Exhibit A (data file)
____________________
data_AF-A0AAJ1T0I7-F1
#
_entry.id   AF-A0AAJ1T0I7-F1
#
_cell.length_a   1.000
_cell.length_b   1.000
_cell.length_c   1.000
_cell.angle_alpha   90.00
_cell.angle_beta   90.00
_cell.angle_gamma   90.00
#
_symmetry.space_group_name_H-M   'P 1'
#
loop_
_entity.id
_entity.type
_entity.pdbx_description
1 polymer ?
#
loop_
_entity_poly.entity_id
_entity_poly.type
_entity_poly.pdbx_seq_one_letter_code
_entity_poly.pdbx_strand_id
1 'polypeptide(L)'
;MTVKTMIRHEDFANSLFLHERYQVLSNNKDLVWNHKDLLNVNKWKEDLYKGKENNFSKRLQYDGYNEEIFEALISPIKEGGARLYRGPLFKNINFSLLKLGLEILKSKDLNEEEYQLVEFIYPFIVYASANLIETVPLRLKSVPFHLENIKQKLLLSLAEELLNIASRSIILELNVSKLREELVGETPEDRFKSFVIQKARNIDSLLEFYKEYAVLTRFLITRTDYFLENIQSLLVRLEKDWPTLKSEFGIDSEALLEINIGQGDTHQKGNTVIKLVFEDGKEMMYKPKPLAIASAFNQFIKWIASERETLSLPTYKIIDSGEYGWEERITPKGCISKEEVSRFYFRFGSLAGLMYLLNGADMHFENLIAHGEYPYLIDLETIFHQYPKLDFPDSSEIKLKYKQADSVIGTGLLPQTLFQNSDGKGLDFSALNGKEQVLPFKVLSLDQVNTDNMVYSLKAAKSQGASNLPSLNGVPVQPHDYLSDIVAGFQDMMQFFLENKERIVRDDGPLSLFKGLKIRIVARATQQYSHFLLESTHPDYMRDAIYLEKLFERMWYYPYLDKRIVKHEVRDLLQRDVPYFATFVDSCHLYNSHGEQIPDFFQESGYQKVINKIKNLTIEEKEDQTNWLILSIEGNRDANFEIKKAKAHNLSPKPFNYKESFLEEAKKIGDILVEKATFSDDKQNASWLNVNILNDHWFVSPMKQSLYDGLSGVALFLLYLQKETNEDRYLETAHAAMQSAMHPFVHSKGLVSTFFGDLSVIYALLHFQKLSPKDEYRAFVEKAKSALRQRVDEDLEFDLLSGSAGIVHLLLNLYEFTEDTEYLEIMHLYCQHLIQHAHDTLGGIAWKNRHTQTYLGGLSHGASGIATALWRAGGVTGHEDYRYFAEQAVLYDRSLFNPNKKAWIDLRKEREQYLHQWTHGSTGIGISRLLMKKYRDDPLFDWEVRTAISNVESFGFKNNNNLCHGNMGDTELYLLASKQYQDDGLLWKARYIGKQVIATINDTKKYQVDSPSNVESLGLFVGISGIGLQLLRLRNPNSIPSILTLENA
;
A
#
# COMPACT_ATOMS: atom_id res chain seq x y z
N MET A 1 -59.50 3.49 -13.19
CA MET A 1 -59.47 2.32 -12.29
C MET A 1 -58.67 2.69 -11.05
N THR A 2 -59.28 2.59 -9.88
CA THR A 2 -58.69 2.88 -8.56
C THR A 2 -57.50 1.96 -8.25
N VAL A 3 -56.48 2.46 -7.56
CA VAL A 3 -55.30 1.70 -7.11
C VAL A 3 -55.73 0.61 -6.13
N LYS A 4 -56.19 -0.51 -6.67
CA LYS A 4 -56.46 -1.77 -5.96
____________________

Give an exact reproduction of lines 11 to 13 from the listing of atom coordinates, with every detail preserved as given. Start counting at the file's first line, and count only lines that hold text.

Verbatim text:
#
_symmetry.space_group_name_H-M   'P 1'
#